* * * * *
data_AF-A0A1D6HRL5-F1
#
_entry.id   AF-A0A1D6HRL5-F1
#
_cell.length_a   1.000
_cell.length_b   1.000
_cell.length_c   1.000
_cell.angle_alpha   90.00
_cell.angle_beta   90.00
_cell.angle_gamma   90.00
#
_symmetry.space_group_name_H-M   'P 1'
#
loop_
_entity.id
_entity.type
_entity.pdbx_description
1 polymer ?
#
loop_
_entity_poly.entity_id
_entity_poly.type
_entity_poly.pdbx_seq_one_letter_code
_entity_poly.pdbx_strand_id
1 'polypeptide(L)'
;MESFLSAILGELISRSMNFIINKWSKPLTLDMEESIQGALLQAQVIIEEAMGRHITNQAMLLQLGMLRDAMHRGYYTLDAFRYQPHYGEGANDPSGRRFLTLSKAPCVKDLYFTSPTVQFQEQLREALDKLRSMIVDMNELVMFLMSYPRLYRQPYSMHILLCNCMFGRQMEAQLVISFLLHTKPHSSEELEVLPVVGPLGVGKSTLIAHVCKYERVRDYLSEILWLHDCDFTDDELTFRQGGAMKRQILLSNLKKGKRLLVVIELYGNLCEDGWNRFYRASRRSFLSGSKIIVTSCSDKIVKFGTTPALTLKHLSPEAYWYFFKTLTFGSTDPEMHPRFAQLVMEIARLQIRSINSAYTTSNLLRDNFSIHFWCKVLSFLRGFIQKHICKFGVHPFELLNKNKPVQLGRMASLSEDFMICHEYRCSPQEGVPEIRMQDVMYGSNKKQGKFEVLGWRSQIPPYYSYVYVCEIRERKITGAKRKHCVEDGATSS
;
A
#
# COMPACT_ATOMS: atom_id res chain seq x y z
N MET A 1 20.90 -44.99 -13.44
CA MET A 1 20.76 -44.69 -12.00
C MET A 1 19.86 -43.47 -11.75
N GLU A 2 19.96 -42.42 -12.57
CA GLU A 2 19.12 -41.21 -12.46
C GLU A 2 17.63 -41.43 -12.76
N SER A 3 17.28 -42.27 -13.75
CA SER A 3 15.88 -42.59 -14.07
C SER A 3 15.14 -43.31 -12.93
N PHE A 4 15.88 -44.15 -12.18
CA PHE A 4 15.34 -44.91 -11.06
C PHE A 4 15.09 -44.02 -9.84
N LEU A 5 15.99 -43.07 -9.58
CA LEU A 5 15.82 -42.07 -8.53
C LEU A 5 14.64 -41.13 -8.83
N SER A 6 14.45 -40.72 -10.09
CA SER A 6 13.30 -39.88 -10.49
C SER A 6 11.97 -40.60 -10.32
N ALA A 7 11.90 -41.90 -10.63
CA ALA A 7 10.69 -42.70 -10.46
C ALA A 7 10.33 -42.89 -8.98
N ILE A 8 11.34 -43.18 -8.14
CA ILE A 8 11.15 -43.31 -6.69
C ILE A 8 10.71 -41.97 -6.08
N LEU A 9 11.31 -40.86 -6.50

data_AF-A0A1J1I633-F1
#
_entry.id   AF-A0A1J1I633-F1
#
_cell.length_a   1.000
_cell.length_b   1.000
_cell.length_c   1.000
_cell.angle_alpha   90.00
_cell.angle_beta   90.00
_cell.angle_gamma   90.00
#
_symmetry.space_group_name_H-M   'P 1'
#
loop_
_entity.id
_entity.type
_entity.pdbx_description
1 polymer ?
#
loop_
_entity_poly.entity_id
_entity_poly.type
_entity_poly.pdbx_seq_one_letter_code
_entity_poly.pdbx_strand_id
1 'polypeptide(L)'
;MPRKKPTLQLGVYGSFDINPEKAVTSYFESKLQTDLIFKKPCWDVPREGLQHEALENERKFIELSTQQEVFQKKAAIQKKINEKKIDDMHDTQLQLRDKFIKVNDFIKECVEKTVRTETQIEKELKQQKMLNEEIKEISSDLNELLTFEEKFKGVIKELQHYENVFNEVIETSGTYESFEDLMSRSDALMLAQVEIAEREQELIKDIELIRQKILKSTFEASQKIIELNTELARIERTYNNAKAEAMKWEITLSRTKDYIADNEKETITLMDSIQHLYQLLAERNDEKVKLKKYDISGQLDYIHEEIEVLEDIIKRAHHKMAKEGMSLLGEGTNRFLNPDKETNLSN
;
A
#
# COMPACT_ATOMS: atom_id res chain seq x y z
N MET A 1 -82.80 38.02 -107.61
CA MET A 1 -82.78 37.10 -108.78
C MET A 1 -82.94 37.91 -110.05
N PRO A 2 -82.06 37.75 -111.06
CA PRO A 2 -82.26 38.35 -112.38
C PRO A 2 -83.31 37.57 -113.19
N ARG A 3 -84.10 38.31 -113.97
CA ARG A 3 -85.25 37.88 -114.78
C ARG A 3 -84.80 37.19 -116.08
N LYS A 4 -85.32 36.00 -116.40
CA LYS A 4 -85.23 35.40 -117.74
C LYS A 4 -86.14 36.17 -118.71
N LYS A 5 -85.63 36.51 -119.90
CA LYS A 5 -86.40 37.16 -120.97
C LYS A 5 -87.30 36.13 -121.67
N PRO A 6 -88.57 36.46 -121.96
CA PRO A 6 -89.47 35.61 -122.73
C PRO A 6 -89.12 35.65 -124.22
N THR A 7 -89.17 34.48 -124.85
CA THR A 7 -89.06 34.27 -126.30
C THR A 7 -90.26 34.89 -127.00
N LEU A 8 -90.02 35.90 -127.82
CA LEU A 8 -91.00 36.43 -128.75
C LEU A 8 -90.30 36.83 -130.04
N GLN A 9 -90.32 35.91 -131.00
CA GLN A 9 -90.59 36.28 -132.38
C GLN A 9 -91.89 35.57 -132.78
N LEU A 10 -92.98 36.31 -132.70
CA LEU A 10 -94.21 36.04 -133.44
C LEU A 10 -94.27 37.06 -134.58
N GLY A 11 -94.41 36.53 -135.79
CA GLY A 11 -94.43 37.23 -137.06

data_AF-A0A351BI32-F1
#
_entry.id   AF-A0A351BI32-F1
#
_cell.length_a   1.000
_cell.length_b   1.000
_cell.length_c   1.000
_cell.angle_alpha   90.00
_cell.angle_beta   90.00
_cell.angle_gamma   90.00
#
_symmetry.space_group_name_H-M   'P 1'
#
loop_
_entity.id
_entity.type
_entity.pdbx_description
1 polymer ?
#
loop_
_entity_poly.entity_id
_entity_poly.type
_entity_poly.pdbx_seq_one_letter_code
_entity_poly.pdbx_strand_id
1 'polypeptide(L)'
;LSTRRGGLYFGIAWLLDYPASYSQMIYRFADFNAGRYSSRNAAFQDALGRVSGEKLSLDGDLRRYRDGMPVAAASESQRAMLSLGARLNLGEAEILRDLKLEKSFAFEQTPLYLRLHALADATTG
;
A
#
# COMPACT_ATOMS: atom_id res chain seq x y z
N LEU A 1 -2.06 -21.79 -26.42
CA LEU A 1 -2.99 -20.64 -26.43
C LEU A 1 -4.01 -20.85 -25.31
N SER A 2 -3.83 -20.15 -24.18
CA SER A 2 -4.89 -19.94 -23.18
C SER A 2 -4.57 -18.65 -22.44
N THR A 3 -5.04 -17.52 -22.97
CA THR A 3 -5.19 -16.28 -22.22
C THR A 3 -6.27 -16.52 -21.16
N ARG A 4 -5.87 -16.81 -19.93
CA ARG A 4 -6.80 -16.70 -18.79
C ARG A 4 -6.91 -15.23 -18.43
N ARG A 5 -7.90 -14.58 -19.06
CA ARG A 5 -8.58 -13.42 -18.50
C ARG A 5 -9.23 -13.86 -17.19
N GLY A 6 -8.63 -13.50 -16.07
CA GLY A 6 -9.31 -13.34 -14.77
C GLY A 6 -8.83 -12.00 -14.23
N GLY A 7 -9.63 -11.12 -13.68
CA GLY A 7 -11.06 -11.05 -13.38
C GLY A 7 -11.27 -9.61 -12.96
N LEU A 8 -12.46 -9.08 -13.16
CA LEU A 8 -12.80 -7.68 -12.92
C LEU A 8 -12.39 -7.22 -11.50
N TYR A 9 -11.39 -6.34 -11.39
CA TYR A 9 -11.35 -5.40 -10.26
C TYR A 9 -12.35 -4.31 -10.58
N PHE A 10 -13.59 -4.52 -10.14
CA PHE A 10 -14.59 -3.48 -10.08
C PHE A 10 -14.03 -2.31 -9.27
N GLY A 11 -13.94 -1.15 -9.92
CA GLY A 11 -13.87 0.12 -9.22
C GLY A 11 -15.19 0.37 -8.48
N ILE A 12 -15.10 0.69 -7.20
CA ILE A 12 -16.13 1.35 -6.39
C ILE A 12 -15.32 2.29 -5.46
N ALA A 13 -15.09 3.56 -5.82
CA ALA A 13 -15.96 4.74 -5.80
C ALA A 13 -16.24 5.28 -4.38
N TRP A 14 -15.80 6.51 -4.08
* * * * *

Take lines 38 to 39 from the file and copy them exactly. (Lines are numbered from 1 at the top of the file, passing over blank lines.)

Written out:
CA SER A 3 15.88 -42.59 -14.07
C SER A 3 15.14 -43.31 -12.93